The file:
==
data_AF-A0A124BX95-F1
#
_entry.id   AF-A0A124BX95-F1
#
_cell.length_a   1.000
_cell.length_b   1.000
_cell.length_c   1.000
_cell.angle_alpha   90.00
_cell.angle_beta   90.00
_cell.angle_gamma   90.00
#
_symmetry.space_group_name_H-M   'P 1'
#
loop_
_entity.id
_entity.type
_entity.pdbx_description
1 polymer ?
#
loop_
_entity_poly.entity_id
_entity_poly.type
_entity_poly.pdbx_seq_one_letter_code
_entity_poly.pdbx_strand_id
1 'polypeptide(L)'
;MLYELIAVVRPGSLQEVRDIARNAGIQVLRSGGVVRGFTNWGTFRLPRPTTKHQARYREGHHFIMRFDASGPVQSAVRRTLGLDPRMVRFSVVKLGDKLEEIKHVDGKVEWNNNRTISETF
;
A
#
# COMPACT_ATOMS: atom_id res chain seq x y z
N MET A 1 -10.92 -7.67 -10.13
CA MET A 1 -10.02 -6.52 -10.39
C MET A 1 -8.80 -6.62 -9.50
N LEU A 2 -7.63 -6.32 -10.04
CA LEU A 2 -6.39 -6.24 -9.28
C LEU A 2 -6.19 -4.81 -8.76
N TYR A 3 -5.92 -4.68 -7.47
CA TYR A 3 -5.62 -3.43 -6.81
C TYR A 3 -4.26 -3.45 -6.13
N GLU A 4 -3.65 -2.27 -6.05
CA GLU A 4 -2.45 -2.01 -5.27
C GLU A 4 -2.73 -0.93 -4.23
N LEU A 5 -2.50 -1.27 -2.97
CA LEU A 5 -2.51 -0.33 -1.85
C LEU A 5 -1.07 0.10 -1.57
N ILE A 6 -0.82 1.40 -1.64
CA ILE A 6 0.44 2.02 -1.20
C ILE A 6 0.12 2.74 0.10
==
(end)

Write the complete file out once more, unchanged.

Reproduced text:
data_AF-A0A124BX95-F1
#
_entry.id   AF-A0A124BX95-F1
#
_cell.length_a   1.000
_cell.length_b   1.000
_cell.length_c   1.000
_cell.angle_alpha   90.00
_cell.angle_beta   90.00
_cell.angle_gamma   90.00
#
_symmetry.space_group_name_H-M   'P 1'
#
loop_
_entity.id
_entity.type
_entity.pdbx_description
1 polymer ?
#
loop_
_entity_poly.entity_id
_entity_poly.type
_entity_poly.pdbx_seq_one_letter_code
_entity_poly.pdbx_strand_id
1 'polypeptide(L)'
;MLYELIAVVRPGSLQEVRDIARNAGIQVLRSGGVVRGFTNWGTFRLPRPTTKHQARYREGHHFIMRFDASGPVQSAVRRTLGLDPRMVRFSVVKLGDKLEEIKHVDGKVEWNNNRTISETF
;
A
#
# COMPACT_ATOMS: atom_id res chain seq x y z
N MET A 1 -10.92 -7.67 -10.13
CA MET A 1 -10.02 -6.52 -10.39
C MET A 1 -8.80 -6.62 -9.50
N LEU A 2 -7.63 -6.32 -10.04
CA LEU A 2 -6.39 -6.24 -9.28
C LEU A 2 -6.19 -4.81 -8.76
N TYR A 3 -5.92 -4.68 -7.47
CA TYR A 3 -5.62 -3.43 -6.81
C TYR A 3 -4.26 -3.45 -6.13
N GLU A 4 -3.65 -2.27 -6.05
CA GLU A 4 -2.45 -2.01 -5.27
C GLU A 4 -2.73 -0.93 -4.23
N LEU A 5 -2.50 -1.27 -2.97
CA LEU A 5 -2.51 -0.33 -1.85
C LEU A 5 -1.07 0.10 -1.57
N ILE A 6 -0.82 1.40 -1.64
CA ILE A 6 0.44 2.02 -1.20
C ILE A 6 0.12 2.74 0.10